This article explains what Elaine Kamarck was actually talking about in the previous blog post "gossip" but it also marks the first time that I've seen a major news outlet admit, in that "everybody knows" way they generally reserve for some piece of wisdom they've been hiding from us, that it is Clinton's Iraq war vote that cost her the nomination. Wolfson says that if the press had exposed Edwards before Iowa:
"I believe we would have won Iowa, and Clinton today would therefore have been the nominee," former Clinton Communications Director Howard Wolfson told ABC News.com.
Clinton finished third in the Iowa caucuses barely behind Edwards in second place and Obama in first. The momentum of the insurgent Obama camaign beating two better-known candidates -- not to mention an African-american winning in sucn an overwhelmingly white state -- changed the dynamics of the race forever. More...
Obama won 37.6 per cent of the vote. Edwards won 29.7 per cent and Clinton won 29.5 per cent, according to results posted by the Iowa Democratic Party.
"Our voters and Edwards' voters were the same people," Wolfson said the Clinton polls showed. "They were older, pro-union. Not all, but maybe two-thirds of them would have been for us and we would have barely beaten Obama."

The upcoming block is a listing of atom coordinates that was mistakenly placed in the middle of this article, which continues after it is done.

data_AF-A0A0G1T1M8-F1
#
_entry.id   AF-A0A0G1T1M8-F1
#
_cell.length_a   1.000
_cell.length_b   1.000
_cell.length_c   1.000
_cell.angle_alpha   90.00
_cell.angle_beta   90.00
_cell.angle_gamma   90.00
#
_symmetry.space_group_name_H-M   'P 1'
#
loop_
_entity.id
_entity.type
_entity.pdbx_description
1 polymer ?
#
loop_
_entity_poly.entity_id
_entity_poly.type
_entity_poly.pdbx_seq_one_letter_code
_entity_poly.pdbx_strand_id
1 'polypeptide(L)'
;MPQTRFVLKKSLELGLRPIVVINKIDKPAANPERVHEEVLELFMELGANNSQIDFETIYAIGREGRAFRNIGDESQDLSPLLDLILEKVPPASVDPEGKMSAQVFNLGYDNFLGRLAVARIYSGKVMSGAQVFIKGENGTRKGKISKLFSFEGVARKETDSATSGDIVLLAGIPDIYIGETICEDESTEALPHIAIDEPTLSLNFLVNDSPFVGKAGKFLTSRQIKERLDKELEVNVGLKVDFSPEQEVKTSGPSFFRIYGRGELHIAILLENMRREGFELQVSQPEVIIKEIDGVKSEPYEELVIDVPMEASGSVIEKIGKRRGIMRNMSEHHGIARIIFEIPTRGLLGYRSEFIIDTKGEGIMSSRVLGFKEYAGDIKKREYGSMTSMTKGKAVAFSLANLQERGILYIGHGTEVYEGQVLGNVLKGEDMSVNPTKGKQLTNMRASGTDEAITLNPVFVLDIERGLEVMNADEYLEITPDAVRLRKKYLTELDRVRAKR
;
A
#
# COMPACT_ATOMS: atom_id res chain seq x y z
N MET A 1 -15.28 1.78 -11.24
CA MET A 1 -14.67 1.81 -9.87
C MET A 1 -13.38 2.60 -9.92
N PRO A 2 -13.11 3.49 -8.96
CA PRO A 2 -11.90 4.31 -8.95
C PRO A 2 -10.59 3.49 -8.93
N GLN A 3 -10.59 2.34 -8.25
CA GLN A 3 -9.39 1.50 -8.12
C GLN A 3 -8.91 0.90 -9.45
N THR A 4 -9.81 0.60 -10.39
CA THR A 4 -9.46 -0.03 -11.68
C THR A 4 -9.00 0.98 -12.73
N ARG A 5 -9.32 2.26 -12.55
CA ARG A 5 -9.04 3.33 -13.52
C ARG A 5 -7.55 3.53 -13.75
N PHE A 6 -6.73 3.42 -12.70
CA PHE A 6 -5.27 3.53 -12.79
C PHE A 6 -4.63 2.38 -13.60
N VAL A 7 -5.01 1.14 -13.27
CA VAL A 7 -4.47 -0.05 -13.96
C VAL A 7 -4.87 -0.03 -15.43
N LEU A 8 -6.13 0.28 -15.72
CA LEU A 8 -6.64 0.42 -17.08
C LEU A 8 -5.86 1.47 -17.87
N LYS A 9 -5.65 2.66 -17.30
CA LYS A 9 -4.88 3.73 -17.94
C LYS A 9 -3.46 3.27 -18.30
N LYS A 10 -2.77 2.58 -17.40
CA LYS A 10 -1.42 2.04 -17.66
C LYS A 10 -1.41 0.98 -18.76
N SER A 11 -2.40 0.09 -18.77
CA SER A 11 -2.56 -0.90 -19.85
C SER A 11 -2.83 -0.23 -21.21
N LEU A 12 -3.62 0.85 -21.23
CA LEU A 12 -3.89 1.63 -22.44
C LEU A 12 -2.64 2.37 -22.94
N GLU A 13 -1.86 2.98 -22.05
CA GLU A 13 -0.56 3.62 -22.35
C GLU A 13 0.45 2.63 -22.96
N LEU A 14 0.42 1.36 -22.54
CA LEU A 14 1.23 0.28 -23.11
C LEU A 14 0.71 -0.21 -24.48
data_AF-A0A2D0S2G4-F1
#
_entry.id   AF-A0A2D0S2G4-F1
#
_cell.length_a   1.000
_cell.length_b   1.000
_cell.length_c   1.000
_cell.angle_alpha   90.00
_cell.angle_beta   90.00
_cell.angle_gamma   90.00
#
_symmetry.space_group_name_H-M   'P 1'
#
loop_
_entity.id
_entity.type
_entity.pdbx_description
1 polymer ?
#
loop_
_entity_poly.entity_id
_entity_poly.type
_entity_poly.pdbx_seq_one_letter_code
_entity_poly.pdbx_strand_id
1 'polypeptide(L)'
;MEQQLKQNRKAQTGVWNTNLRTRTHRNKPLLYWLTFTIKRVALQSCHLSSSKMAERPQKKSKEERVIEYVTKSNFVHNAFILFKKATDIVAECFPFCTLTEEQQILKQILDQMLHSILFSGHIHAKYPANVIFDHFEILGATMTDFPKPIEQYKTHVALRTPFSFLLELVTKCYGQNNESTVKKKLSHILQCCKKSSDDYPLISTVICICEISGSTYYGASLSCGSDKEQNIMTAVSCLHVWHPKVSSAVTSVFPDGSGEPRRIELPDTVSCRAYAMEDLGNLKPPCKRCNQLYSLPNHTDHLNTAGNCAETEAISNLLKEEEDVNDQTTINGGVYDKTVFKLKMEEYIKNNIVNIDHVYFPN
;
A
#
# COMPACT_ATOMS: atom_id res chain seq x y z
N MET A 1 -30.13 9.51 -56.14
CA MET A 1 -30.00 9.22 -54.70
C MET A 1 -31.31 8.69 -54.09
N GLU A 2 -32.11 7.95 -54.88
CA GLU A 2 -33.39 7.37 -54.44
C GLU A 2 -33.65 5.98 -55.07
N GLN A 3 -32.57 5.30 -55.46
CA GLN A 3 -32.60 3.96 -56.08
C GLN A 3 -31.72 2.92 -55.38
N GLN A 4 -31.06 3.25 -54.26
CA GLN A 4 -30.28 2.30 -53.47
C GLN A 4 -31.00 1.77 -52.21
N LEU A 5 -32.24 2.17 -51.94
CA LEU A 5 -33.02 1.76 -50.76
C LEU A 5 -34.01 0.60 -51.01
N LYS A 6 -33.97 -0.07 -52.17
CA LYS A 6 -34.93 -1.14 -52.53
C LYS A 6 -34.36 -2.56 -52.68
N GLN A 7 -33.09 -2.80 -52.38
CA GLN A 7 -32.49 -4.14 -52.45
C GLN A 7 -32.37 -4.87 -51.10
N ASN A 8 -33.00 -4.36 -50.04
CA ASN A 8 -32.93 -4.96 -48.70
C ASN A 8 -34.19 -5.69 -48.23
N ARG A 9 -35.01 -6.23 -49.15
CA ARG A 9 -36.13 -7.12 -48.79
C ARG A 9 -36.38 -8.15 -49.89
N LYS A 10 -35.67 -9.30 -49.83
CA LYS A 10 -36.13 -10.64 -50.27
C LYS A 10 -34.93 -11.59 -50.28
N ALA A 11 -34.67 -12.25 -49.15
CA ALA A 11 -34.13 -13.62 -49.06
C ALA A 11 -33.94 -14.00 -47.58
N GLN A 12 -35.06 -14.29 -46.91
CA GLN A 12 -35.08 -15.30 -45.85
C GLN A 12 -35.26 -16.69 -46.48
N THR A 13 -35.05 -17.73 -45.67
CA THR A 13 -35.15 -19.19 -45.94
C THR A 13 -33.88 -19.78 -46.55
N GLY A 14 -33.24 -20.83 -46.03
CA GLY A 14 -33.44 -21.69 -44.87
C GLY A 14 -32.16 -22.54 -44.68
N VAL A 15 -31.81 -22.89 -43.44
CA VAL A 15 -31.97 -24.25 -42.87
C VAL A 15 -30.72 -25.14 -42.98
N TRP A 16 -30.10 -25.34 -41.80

Its marvellous, the discovery that another good ol' southern white boy cheats on his wife would have magically given Hillary a second "pity fuck vote" and caused Iowa to demand the return to the White House of the first good ol' southern white boy who cheated publicly on his wife. A return to the Clinton years by infidelity on the trail? Talk about Ponies all around!
Wolfson's contention is not shared by the Obama campaign, whose officials never bought the argument that Clinton was the second choice of Edwards voters. Immediately after Edwards dropped out of the race at the end of January, Obama won eleven straight contests in a row.
And Clinton's steadfast refusal to say she regretted her vote to authorize use of force in Iraq -- unlike Obama, who always opposed the war, and Edwards, who said his vote for war was a mistake -- turned off many anti-wars liberals in Iowa, who make up a disprortionate number of caucus goers.
In May 2007, Mike Henry, then Clinton's deputy campaign manager, thought the terrain so hostile to Clinton he wrote a memo to "propose skipping the Iowa caucuses and dedicating more of Senator Clinton's time and financial resources on the primary in New Hampshire on January 22, the Nevada caucus on January 19, the primaries in South Carolina and Florida on January 29, and the 20 plus state primaries on February 5th."